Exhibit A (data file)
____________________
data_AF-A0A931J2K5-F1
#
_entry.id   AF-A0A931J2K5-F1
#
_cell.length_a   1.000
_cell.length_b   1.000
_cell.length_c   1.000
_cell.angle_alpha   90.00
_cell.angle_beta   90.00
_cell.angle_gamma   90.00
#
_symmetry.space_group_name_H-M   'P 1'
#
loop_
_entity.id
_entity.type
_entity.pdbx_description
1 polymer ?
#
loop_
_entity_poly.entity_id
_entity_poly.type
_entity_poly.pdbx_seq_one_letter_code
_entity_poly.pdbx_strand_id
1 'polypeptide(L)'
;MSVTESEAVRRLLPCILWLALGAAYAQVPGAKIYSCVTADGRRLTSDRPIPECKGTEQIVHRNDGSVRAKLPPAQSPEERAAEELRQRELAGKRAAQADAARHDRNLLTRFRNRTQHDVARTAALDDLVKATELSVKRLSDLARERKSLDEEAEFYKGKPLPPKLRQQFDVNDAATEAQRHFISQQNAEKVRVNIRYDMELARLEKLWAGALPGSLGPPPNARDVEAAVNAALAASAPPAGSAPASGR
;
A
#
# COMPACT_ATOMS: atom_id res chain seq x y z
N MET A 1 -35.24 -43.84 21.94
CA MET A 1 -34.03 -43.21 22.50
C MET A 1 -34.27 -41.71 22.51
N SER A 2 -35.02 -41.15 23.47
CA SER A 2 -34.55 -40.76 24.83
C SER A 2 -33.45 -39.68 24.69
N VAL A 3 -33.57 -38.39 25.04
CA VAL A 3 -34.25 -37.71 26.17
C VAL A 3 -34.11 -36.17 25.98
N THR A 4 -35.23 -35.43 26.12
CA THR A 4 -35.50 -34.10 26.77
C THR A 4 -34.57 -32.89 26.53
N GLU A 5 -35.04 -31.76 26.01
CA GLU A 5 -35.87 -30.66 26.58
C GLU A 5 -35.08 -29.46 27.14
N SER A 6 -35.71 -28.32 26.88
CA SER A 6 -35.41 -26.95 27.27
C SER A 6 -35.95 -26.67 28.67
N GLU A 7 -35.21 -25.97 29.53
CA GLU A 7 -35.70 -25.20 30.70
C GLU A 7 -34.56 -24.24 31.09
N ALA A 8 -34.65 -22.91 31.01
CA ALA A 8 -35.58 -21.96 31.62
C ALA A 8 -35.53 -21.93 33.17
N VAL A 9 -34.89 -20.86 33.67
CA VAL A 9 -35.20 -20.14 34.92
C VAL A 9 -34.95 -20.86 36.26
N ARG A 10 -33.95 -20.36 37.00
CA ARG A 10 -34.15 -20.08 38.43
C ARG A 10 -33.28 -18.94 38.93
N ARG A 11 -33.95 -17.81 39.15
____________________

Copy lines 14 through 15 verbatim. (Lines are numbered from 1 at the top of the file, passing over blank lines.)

loop_
_entity.id